The Scottish Government’s Curriculum for Excellence brings a holistic approach to more effective learning and teaching. They want to ensure school learning environments are places people and communities can enjoy using and ‘which are well designed, maintained, managed and which encourage continuous engagement with learning’. (Extracts: ‘Core facts overview, Building Better Schools: Investing in Scotland’s Future’ November 2017)
Scotland’s young people need to be confident, articulate and creative in their learning, developing academic, vocational and workplace skills. The drive is to ensure that both learners and teachers think in new and imaginative ways about their learning environment and the contribution it can make to effective learning taking place.
To ensure that schools are prepared for the new innovative Curriculum for Excellence, a national review of the existing school estate has taken place. Part of this review has focused on the appropriateness and suitability of learning spaces as well as furniture and equipment within it. This is to ensure that it is fit for purpose when delivering the learning and teaching, leisure and social activities and the health and well-being of all users.
Many schools are excited about this focus and in collaboration with pupils and staff have actively explored the potential opportunities and benefits. One example is the Mi:SPACE project carried out by Midlothian Council as part of the Inspiring Learning Spaces initiative which explored two aspects of suitability:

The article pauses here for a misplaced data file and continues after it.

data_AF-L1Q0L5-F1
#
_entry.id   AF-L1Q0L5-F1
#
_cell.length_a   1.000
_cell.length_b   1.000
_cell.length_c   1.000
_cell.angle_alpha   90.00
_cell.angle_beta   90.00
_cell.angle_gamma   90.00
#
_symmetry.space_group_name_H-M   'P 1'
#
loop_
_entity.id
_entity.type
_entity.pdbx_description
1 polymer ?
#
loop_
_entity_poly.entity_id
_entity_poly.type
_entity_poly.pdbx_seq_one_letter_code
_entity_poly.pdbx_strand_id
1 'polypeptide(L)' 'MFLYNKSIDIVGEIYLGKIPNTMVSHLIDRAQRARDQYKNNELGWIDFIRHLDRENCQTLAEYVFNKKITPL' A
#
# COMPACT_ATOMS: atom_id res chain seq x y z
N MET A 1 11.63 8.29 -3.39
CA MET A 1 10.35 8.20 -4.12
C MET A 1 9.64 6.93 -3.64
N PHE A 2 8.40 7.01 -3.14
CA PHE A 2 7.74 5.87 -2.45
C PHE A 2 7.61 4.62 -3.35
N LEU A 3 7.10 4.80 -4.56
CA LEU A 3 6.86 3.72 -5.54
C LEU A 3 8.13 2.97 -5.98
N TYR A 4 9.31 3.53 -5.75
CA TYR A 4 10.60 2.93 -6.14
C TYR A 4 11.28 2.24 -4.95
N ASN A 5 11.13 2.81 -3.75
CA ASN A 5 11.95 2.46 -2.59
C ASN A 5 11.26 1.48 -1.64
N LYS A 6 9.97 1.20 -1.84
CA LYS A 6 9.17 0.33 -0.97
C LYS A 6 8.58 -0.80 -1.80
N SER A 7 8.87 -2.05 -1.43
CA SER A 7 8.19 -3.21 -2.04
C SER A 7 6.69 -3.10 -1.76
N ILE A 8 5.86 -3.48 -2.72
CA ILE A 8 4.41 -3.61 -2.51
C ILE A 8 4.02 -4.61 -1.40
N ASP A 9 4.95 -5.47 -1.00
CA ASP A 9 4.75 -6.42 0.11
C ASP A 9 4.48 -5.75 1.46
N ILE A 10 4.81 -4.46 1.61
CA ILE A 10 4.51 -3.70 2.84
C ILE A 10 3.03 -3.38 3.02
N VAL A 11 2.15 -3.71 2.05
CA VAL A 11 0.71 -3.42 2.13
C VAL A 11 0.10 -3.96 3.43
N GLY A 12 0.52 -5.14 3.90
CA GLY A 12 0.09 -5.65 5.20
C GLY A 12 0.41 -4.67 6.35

- Changing classrooms based on learner engagement as a learning exercise, supported by investment in furniture, fittings and equipment (FF&E)
- Using classrooms as a setting to support project-based learning enabled by props, scenes and problems
A common issue to emerge from the Mi:SPACE project related to the appropriateness of FF&E, the processes for selecting new resources and exploring whether there was any guidance for its use. They also explored repurposing existing resources and using the knowledge gained to seek specific routes to procurement, design and support and create learning spaces that supported and enhanced effective learning.
The Learning Crowd, on behalf of Architecture & Design Scotland and Scottish Futures Trust, have explored the Mi:SPACE project in detail and documented learning from this to create a practical guide to furnishing and equipping spaces and settings to deliver environments that promote learning, which is available to download here.
Developing on from this, Architecture & Design Scotland is currently working on a more comprehensive User Guide to Learning Environments. The guide will aim to review the approach to co-designing spaces for active and engaged learning & teaching with pupils and teaching staff, investigating repurposing of existing spaces and newbuild. It will investigate various learning space types with a particular focus on primary schools and high schools, the specification of FF&E and how it can be adapted to suit the requirements of various teaching typologies throughout a typical day. If you would be interested to hear more about this publication, please click here to sign up to a mailing list.